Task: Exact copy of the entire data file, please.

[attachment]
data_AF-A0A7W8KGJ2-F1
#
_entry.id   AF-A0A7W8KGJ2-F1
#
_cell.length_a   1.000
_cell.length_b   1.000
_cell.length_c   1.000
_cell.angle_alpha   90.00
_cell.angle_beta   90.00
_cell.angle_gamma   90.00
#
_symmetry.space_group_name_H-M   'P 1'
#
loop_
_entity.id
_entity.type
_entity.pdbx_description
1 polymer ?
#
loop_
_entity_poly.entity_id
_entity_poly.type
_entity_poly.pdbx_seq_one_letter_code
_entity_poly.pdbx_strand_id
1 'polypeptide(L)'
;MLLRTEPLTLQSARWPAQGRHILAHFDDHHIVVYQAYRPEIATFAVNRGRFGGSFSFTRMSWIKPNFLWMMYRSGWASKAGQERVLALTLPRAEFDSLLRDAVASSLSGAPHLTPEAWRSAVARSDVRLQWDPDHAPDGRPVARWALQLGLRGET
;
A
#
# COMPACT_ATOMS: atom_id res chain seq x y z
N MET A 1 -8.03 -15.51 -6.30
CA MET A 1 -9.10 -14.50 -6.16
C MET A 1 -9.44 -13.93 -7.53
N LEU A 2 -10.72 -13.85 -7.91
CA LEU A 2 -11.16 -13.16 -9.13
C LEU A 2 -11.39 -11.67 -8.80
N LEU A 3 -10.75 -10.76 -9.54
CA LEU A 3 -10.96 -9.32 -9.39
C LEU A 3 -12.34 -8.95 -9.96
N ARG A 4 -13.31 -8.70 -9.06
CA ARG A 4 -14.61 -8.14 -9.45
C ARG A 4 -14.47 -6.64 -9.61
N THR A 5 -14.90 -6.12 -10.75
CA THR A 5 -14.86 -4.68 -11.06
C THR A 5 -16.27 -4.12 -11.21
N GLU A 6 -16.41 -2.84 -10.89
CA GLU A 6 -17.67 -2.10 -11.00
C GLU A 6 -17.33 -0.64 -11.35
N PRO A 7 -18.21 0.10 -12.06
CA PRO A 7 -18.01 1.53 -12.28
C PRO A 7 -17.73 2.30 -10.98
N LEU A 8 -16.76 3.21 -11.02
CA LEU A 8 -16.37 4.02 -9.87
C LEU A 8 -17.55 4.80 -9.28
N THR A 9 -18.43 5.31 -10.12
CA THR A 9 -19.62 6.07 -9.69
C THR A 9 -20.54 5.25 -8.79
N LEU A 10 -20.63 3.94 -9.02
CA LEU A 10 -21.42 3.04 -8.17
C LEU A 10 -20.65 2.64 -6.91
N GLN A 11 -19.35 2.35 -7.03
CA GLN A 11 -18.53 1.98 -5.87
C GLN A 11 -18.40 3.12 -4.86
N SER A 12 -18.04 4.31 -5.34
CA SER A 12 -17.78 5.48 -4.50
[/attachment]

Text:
data_AF-A0A7W8KGJ2-F1
#
_entry.id   AF-A0A7W8KGJ2-F1
#
_cell.length_a   1.000
_cell.length_b   1.000
_cell.length_c   1.000
_cell.angle_alpha   90.00
_cell.angle_beta   90.00
_cell.angle_gamma   90.00
#
_symmetry.space_group_name_H-M   'P 1'
#
loop_
_entity.id
_entity.type
_entity.pdbx_description
1 polymer ?
#
loop_
_entity_poly.entity_id
_entity_poly.type
_entity_poly.pdbx_seq_one_letter_code
_entity_poly.pdbx_strand_id
1 'polypeptide(L)'
;MLLRTEPLTLQSARWPAQGRHILAHFDDHHIVVYQAYRPEIATFAVNRGRFGGSFSFTRMSWIKPNFLWMMYRSGWASKAGQERVLALTLPRAEFDSLLRDAVASSLSGAPHLTPEAWRSAVARSDVRLQWDPDHAPDGRPVARWALQLGLRGET
;
A
#
# COMPACT_ATOMS: atom_id res chain seq x y z
N MET A 1 -8.03 -15.51 -6.30
CA MET A 1 -9.10 -14.50 -6.16
C MET A 1 -9.44 -13.93 -7.53
N LEU A 2 -10.72 -13.85 -7.91
CA LEU A 2 -11.16 -13.16 -9.13
C LEU A 2 -11.39 -11.67 -8.80
N LEU A 3 -10.75 -10.76 -9.54
CA LEU A 3 -10.96 -9.32 -9.39
C LEU A 3 -12.34 -8.95 -9.96
N ARG A 4 -13.31 -8.70 -9.06
CA ARG A 4 -14.61 -8.14 -9.45
C ARG A 4 -14.47 -6.64 -9.61
N THR A 5 -14.90 -6.12 -10.75
CA THR A 5 -14.86 -4.68 -11.06
C THR A 5 -16.27 -4.12 -11.21
N GLU A 6 -16.41 -2.84 -10.89
CA GLU A 6 -17.67 -2.10 -11.00
C GLU A 6 -17.33 -0.64 -11.35
N PRO A 7 -18.21 0.10 -12.06
CA PRO A 7 -18.01 1.53 -12.28
C PRO A 7 -17.73 2.30 -10.98
N LEU A 8 -16.76 3.21 -11.02
CA LEU A 8 -16.37 4.02 -9.87
C LEU A 8 -17.55 4.80 -9.28
N THR A 9 -18.43 5.31 -10.12
CA THR A 9 -19.62 6.07 -9.69
C THR A 9 -20.54 5.25 -8.79
N LEU A 10 -20.63 3.94 -9.02
CA LEU A 10 -21.42 3.04 -8.17
C LEU A 10 -20.65 2.64 -6.91
N GLN A 11 -19.35 2.35 -7.03
CA GLN A 11 -18.53 1.98 -5.87
C GLN A 11 -18.40 3.12 -4.86
N SER A 12 -18.04 4.31 -5.34
CA SER A 12 -17.78 5.48 -4.50